The arrest of a Swiss bodybuilder, who allegedly offered to kill the woman who accused basketball star Kobe Bryant of rape, is the latest high-profile sting operation by police in the United States.
Police say Patrick Graber, 31, claimed to be a Russian mafia hitman willing to kill the woman.
"He said he could make her not come to court, he could make her disappear, he could make her have a drug overdose - he was specific in this manner," said a spokesman for the Los Angeles Sheriff's office.
Agents can use deception to obtain evidence
Detectives said Mr Graber wanted $3m, and was arrested after accepting a bag full of fake banknotes as a down payment.
But even as they posed as criminals, the officers had to ensure that they stayed on the right side of entrapment rules.
Under US law, agents must not coerce someone into committing a crime or the suspects can be set free.
Marc Powers, a partner with the New York law firm of Reed Smith, told BBC News Online that government officers had a variety of options open to them.
"Agents are permitted to engage in different types of deceit and pretence and artifice to find out whether a target has a predisposition to commit a crime," he said.
They can then provide an opportunity for the target to commit that crime, all without being guilty of entrapment.
"The bottom line is that simply going up to someone and saying 'I might have an interest in purchasing these, can you assist me?' is not problematic here in the United States," Mr Powers said.
Sting operations are common.
Last month, federal agents working with counterparts in Britain and Russia claimed to have infiltrated the underworld of arms dealing and arranged the purchase of a missile which experts say could bring down a plane.
That operation took 18 months and resulted in the arrest of three men, who are now awaiting trial.
Defendants have the right to challenge the evidence against them and if a jury believes they have been entrapped, charges can be dismissed.
Courts have recognised that law officers can go too far - such as in the case of a Nebraska farmer indicted in 1987 for receiving child pornography through the post, but only after government agents had spent 26 months offering him such materials.
In the majority Supreme Court ruling in that case in 1992, Justice Byron White wrote: "In their zeal to enforce the law, however, government agents may not originate a criminal design, implant in an innocent person's mind the disposition to commit a criminal act, and then induce commission of the crime so that the government may prosecute."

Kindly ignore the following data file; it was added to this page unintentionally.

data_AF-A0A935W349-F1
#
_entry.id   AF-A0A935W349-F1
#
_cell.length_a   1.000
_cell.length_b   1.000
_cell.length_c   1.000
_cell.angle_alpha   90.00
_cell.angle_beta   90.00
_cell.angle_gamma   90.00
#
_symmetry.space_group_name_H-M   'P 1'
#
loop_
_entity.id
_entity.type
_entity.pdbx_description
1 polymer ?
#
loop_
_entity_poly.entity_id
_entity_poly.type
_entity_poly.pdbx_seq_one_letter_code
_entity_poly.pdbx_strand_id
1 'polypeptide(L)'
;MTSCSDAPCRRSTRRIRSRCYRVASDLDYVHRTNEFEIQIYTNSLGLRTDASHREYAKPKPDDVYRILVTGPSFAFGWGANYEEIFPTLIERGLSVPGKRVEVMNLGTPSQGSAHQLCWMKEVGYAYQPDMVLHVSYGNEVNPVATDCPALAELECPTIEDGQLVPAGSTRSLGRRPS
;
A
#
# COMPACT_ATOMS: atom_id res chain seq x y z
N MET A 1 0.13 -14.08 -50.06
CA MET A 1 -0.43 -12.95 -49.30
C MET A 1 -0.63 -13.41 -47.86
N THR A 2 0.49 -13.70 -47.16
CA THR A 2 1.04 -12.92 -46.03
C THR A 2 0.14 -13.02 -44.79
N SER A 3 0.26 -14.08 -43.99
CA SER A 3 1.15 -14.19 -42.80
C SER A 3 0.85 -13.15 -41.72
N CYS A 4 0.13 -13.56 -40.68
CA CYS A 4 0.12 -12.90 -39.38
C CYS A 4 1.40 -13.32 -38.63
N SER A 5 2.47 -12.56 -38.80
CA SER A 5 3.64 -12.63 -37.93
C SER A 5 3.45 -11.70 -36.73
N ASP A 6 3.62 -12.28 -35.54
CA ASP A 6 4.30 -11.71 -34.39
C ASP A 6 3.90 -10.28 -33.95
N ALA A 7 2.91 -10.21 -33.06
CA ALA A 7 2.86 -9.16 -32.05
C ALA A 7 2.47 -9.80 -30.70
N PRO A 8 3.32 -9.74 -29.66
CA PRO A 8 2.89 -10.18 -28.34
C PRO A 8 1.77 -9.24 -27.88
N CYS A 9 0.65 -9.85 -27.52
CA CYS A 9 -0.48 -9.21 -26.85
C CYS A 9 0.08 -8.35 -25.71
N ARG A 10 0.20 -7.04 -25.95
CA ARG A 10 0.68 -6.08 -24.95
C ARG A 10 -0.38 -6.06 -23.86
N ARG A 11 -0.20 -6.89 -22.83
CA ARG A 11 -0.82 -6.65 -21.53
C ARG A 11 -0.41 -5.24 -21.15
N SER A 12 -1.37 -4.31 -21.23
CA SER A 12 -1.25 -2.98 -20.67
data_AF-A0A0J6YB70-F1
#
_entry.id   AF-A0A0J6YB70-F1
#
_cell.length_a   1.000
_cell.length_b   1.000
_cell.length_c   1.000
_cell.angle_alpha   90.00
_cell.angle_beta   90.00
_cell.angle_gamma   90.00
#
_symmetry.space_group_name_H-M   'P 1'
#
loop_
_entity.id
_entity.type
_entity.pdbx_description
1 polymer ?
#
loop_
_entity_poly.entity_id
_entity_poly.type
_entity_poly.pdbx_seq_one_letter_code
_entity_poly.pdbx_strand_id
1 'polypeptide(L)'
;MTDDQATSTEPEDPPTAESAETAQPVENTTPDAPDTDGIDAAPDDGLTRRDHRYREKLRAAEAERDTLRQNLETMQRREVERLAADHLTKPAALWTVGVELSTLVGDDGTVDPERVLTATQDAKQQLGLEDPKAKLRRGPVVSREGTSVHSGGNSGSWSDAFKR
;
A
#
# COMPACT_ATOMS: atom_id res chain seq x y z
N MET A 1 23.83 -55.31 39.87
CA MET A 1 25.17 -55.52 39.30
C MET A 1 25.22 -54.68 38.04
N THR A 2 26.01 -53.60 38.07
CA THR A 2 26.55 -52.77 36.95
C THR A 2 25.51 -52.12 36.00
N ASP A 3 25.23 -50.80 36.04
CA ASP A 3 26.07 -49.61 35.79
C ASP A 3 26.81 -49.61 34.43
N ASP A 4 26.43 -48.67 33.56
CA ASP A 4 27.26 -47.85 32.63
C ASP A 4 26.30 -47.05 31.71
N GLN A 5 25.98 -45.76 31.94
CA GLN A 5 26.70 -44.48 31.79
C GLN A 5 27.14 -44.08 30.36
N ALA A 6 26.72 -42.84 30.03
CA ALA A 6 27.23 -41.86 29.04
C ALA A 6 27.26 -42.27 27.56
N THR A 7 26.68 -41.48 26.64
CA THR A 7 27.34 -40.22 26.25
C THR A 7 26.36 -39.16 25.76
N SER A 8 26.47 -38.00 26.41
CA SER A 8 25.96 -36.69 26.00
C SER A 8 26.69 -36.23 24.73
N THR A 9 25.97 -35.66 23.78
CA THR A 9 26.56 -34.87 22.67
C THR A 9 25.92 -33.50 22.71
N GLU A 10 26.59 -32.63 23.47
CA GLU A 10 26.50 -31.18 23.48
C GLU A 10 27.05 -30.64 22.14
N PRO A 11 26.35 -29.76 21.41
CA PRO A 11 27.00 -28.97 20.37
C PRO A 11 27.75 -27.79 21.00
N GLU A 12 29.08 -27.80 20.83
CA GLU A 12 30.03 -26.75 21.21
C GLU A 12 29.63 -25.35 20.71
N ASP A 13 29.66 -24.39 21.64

Justice White also wrote: "When the government's quest for convictions leads to the apprehension of an otherwise law-abiding citizen who, if left to his own devices, likely would have never run afoul of the law, the courts should intervene."
Once the question of entrapment is raised, it is up to the prosecution to prove beyond a reasonable doubt that government agents did not force the crime.
'Knowing and willing'
In the weapon case, officials say that government agents both sold the missile to alleged arms dealer Hemant Lakhani and also offered to buy it.
Christopher Christie, US Attorney for New Jersey, said that Mr Lakhani was not duped into committing a crime.
"Mr Lakhani believed and proved himself willing to deal with groups that he thought were terrorists, and that specifically stated that they intended to use this missile for terrorist
activity in the United States against commercial airliners.
"So, Mr Lakhani knew full well what he was doing, why he was doing it," he said.
In the Bryant case, the defence lawyer for alleged hitman said his client was simply "naive and not very swift".
"It could easily be made his defence," said attorney Peter Knecht, that Mr Graber was an ambitious con man and not a potential murderer.
However, Mr Graber's defence team has not - as yet - challenged the way in which police used a sting operation to detain him.